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Discussion Starter · #1 ·
Hello everyone,

I am venturing into the single speed realm by purchasing a 2000 Airborne Sky Hag SS. Steel frame. I am excited!

This bike will need a fork. I believe I will go with a rigid. The bike originally came with a 80mm fork. I want to know if I should stick with that or if it is okay to go with 100mm? I did some homework and I think the biggest thing to worry about is stress on the headtube, correct?

Just looking for opinions, but for those 'in the know' would this be an okay move or should I keep her as originally intended?

I'm in Florida and ride trails that range from fast and flowing to more technical in nature with short but steep climbs and descents... No big air, no huge drops, etc...

Thanks in advance for any input-

J.
 

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Hello everyone,

I am venturing into the single speed realm by purchasing a 2000 Airborne Sky Hag SS. Steel frame. I am excited!

This bike will need a fork. I believe I will go with a rigid. The bike originally came with a 80mm fork. I want to know if I should stick with that or if it is okay to go with 100mm? I did some homework and I think the biggest thing to worry about is stress on the headtube, correct?

Just looking for opinions, but for those 'in the know' would this be an okay move or should I keep her as originally intended?

I'm in Florida and ride trails that range from fast and flowing to more technical in nature with short but steep climbs and descents... No big air, no huge drops, etc...

Thanks in advance for any input-

J.
From what I remember of Florida, you could go rigid or 80mm should be enough to soak up the roots. 100mm will be fine, just slower steering and lethargic handling.
 

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Since you are going with a rigid fork, you would probably want to keep the bike at the manufacturer's recommended "travel". Buying a fork with the same axle to crown (A-C) distance as a typical 80mm fork or buying a fork that is "suspension corrected" for 80mm is your best bet. Increasing the A-C distance to that of a 100mm travel fork will increase the stress on the headtube especially with a rigid fork not absorbing any of the impact and impulse forces.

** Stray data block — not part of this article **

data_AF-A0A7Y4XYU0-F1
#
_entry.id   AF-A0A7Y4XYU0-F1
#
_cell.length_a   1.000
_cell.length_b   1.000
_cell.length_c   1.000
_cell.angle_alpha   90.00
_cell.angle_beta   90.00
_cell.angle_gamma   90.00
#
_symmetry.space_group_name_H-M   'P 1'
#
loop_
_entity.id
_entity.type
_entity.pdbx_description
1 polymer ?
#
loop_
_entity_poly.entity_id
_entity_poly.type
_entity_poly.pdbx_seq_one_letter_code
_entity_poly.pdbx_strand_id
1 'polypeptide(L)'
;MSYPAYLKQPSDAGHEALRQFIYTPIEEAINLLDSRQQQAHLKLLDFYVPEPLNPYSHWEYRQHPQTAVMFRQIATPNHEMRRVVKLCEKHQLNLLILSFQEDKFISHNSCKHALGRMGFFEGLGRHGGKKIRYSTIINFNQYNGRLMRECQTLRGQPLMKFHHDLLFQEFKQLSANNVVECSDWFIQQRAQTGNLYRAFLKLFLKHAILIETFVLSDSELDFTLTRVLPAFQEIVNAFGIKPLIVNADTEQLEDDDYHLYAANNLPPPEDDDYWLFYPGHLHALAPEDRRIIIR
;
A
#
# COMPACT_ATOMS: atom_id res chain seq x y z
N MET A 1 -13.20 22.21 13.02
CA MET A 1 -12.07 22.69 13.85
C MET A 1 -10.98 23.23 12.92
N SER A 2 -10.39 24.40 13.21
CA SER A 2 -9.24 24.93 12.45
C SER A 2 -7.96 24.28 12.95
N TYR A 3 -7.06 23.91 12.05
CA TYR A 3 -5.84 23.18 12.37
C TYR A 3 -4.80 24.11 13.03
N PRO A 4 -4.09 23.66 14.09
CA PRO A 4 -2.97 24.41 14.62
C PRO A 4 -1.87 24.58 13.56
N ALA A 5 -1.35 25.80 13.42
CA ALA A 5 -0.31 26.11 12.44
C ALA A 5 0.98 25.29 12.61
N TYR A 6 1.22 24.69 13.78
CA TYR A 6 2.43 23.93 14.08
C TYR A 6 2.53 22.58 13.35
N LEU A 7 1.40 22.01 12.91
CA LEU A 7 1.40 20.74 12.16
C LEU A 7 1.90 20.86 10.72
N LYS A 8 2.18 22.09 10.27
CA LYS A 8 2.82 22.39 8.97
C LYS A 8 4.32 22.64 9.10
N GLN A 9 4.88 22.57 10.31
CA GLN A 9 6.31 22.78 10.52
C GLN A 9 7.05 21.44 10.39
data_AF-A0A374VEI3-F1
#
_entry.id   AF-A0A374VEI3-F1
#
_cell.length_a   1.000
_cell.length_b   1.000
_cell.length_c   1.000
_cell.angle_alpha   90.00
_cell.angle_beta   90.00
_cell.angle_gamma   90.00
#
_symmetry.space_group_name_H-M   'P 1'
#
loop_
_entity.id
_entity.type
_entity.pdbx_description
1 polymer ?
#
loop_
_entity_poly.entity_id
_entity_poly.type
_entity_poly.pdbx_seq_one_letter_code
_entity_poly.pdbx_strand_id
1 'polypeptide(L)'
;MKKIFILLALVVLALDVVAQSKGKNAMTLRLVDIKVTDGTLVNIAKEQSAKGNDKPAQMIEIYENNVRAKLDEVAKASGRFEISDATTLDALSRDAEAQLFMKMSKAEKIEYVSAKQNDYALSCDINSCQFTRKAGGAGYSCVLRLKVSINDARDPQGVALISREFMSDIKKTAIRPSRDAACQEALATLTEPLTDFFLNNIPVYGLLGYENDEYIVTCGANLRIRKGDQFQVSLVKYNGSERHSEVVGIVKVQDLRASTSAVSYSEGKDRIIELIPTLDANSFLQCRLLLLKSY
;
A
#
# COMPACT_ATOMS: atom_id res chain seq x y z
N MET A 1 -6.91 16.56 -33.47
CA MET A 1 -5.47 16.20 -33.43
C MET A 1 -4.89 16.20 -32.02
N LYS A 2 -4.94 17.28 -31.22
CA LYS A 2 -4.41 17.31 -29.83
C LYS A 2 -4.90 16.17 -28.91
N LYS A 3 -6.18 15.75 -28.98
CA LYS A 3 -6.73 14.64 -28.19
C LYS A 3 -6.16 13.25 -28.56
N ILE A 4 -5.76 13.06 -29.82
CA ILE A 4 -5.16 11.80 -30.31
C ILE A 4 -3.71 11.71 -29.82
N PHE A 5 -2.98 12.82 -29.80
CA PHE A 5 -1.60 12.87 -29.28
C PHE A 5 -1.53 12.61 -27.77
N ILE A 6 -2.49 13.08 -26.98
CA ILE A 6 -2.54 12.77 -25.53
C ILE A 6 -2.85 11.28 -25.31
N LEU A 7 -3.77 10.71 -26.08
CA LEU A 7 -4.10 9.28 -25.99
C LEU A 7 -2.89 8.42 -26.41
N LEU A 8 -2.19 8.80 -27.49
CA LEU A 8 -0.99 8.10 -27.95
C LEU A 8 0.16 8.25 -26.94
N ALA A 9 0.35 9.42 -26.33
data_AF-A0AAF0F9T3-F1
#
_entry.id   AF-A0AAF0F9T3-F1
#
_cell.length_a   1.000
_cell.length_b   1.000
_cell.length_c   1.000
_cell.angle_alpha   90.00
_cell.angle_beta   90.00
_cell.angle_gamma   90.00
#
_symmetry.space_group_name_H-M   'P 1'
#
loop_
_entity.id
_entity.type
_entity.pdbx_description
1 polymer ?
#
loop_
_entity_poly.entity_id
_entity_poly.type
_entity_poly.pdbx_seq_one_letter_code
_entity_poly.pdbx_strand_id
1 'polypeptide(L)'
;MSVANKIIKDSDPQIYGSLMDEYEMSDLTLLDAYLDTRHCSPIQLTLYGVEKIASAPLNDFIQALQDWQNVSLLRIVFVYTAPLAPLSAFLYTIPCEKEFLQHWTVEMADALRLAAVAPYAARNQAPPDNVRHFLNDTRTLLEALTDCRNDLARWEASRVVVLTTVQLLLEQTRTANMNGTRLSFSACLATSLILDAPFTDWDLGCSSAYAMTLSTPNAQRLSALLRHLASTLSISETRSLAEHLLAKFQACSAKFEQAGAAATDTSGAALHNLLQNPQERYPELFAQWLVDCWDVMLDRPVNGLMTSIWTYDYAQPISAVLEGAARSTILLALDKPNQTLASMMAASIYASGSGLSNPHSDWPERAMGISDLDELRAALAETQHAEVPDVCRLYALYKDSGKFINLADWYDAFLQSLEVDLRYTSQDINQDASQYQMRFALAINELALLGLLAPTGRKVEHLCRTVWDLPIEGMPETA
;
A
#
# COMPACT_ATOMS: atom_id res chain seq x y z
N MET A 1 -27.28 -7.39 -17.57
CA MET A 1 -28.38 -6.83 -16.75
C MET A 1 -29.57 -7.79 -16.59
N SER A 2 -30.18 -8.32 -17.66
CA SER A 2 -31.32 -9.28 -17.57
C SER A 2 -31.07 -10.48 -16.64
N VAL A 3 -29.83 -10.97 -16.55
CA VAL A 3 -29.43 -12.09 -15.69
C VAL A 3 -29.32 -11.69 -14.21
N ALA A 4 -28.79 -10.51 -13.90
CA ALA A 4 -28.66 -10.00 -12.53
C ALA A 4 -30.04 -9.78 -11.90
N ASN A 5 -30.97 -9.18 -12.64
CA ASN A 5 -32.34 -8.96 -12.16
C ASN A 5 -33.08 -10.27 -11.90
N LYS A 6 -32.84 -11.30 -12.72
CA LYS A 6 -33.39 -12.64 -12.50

To be on the safe side, I would contact Airborne about this. They're good with C/S it seems and they might even have a rigid fork recommendation.
 

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Hello everyone,

I am venturing into the single speed realm by purchasing a 2000 Airborne Sky Hag SS. Steel frame. I am excited!

This bike will need a fork. I believe I will go with a rigid. The bike originally came with a 80mm fork. I want to know if I should stick with that or if it is okay to go with 100mm? I did some homework and I think the biggest thing to worry about is stress on the headtube, correct?

Just looking for opinions, but for those 'in the know' would this be an okay move or should I keep her as originally intended?

I'm in Florida and ride trails that range from fast and flowing to more technical in nature with short but steep climbs and descents... No big air, no huge drops, etc...

Thanks in advance for any input-

J.
While we aren't the same "Airborne" as the old Airborne that originally made your frame, I used to work for that company back in the day. I will tell you that back then the standard policy was to tell customers the warranty was void if they put a fork with a longer A/C measurment than what the frame was based upon, so putting a 100mm fork on a frame meant for 80mm was a no-no.

Would it still be OK? Probably. But it will put more stress on the HT junction areas and on those frames IIRC they had body filler around all of the welds to make them look smooth and seamles. The filler may crack with added stress, actually I would bet on the fact that it will crack. That will be cosmetic only but still you may not like that.

I'd put an 80mm on that and call it a day.

Jeremy
 

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Below is a photo (taken yesterday) of an aluminum frame originally spec'd with an 80mm fork, on which I run a Surly Instigator fork suspension-corrected for 100mm.

Axle to crown on 80mm forks tends to fall between 450mm and 460mm. The Instigator's axle-to-crown is listed at 447mm.

I bought the frame purposely so that I could run a rigid bike without the added steepness that resulted when I ran the Instigator on a frame designed for 100mm travel.

I'm not saying "it's ok". I'm just sharing what is working so far for me. I built the bike as a winter beater, but for some odd reason I've liked it so much that it's been my main ride this season. Go figure.

p.s.: That rocky line you see the bike sitting on is the trail.

Bicycle wheel Tire Bicycle tire Bicycle frame Wheel
 

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Discussion Starter · #6 ·
Hey, thanks for the responses everyone. It definitely helped me get my mind around this. It's still a little overwhelming, though...